I'll need someone to show me why it is so bad to ask saints to help us. I don't do it. I don't feel the need to do it. I feel quite comfortable praying directly to the Father through Jesus. But prayer to Mary and saints seems more quirky to me than dangerous. Thoughts?

c. baptism
RCs of course baptize infants. Justification is a function of baptism. Faith follows rather than precedes. Baptism is considered essential for salvation, however, the current Catholic understanding holds out hope for unbaptized children. Limbo is not a current RC belief and never was an official belief.

Certainly the longest standing Protestant churches baptize infants: Lutherans, Reformed, Anglicans, Methodists. It is allowable even in the Wesleyan Church. However, it is allowable for Wesleyans on the assumption that baptism itself does not save. No Protestant would make a strict equation between baptism and justification.

d. salvation by works or grace
In this section Noll and Nystrom discuss the RC belief that a justified person might end up spending eternity in hell. They note that Wesleyan-Arminians agree. Calvinists of course disagree on this point.

Another point of difference is the typical Protestant sense that justification is an individual affair, while Catholics see the Church the way through which God justifies.

e. celibacy and saints
These are well known points of difference between Protestants and Catholics. Noll and Nystrom point out, however, how little is said in the new catechism about celibacy, almost as if it is something the Church has to live with because of the positions past Popes have taken.

The Catholic position on saints is also difficult for Protestants (and of course from a NT point of view). All Christians are saints, according to the NT.

f. sacraments
We've already mentioned transubstantiation and the sacraments in last Friday's post. There were some memorable lines in this section of this chapter, however:

"Many Catholics see Protestant worship services, when Communion is not celibrated, as little more than light religious entertainment accompanied by a motivational speaker" (144).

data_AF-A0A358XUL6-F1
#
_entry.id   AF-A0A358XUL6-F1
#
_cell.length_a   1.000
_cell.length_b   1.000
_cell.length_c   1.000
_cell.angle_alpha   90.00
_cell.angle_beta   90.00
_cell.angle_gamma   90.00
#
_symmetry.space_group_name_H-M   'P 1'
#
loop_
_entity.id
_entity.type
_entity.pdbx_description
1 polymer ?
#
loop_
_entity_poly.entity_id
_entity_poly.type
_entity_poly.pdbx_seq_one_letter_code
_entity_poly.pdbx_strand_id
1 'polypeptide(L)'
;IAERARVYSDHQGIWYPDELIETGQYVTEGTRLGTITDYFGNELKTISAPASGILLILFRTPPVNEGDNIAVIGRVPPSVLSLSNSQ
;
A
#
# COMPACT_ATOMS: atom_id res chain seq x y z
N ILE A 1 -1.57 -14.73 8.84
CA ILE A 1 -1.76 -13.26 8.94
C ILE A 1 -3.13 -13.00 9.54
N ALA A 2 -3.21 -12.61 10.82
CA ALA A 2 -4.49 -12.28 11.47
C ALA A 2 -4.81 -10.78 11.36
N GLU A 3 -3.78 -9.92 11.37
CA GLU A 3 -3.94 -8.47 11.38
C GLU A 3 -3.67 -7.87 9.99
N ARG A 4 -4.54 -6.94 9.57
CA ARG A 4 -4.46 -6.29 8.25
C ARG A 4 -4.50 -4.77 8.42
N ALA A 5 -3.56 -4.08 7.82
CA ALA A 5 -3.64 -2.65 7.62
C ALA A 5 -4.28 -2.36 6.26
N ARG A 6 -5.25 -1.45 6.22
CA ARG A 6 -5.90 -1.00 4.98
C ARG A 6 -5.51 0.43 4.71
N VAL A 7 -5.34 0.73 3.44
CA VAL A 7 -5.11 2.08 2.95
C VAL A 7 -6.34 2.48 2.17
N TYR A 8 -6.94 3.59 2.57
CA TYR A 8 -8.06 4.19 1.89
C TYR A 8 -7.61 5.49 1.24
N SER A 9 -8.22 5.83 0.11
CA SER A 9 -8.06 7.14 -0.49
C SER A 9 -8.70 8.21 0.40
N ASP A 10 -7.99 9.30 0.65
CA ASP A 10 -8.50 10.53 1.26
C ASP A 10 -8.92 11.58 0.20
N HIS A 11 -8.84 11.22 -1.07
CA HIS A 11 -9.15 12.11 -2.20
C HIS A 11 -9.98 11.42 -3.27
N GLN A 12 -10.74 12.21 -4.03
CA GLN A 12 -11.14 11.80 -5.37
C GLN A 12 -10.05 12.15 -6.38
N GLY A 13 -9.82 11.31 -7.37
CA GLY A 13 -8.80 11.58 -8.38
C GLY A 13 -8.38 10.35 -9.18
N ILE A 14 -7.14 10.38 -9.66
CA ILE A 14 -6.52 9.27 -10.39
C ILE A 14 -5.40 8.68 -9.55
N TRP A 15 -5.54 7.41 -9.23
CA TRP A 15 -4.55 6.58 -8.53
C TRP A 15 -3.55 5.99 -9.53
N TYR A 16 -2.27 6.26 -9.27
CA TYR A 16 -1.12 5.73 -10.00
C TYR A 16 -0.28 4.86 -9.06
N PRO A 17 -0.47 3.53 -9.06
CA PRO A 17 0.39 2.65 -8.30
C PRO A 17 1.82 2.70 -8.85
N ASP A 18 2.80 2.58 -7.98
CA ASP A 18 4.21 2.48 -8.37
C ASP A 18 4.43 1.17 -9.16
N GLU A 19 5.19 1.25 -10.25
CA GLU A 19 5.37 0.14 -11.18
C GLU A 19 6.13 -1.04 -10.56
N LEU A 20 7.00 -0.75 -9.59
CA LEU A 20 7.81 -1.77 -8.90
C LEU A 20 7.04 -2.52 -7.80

3. Catholics and the Church
Noll and Nystrom begin with what was apparently a common saying by Protestants in ecumenical dialog with Catholics: "The main difference between us and the Catholics is ecclesiology. They have one and we don't" (145). N & N end the chapter with this question: "Why do we not possess such a thorough, clear and God-centered account of our faith as the Catechism offers to Roman Catholics?" (150).

Here's my answer: Barth has written his; Tom Oden has written his; Jurgen Moltmann has written his. There is no single Protestant authority to write one. Of course the purist might say--we have had one for 2000 years... it's called the Bible. But as fun a retort as this is, I believe it is misguided. The Bible requires synthesis, interpretation, and appropriation such as the Catholic Catechism does for RCs.

However, I await someone to write an equivalent of the RC catechism that sets out the real consensus of the church with its variations. As usual, I am not qualified to write one, although I think I have some sense of what it would look like. It would sketch out all the areas that the vast majority of Christians have and continue to be in agreement. Then under each discussion it would catalog the points of disagreement.

This last paragraph suggests my agreement and disagreement with Catholic ecclesiology. The RC church considers itself the body of Christ. Its structure, its Pope and sacerdotal structure are the ligaments of that body. I am a separated brother.

With the smallest of changes, a perspective very similar and yet more appropriate comes into view. If the church be not identified with a specific ecclesiastical body on earth, we can nevertheless see the visible churches on earth as the visible body of Christ and the path through which God has primarily chosen to minister to His people.

That's this week's chapter review.

Thursday, March 13, 2008

Quotes from Mark Noll's Scandal of the Evangelical Mind

The reading group book of the semester at IWU is Mark Noll's The Scandal of the Evangelical Mind. His basic premise is, well, that there isn't one (or at least hasn't been since Jonathan Edwards, blessed be he). I find the book pretty disappointing, Foucaultian in its typologies, and more than anything else a Nietzschean attempt for the disempowered (intellectual wannabies within evangelicalism) to shame the empowered (the vulgar crowd that has control of the college purse strings).

Of course that is not to say that I disagree with everything in the book--not at all. That my revivalist past was frequently anti-intellectual, absolutely. That its values detracted from serious truth inquiry, absolutely. I don't think I'll be reviewing the book, although some uber-reflections may eventually percolate through my darkened mind.

Two quotes captured my attention today:

"Those who don't learn from the past are condemned to write end times books" (174).

Corollary: "God doesn't read prophesy books."

"[I]f evangelicals continue to be influenced by historicist dispensationalism ... there is little intellectual hope for the future" (173).


P.S. I had to laugh when he mentioned Frank Peretti as an example of the forces working against intellectual life among evangelicals. We have a bust of him as a "world changer" in our rotunda here :-)

Wednesday, March 12, 2008

Conversation 2: Wesleyans and Membership

Tom: So what were you saying about the Discipline Monday, Jane? Something about things being in strange places?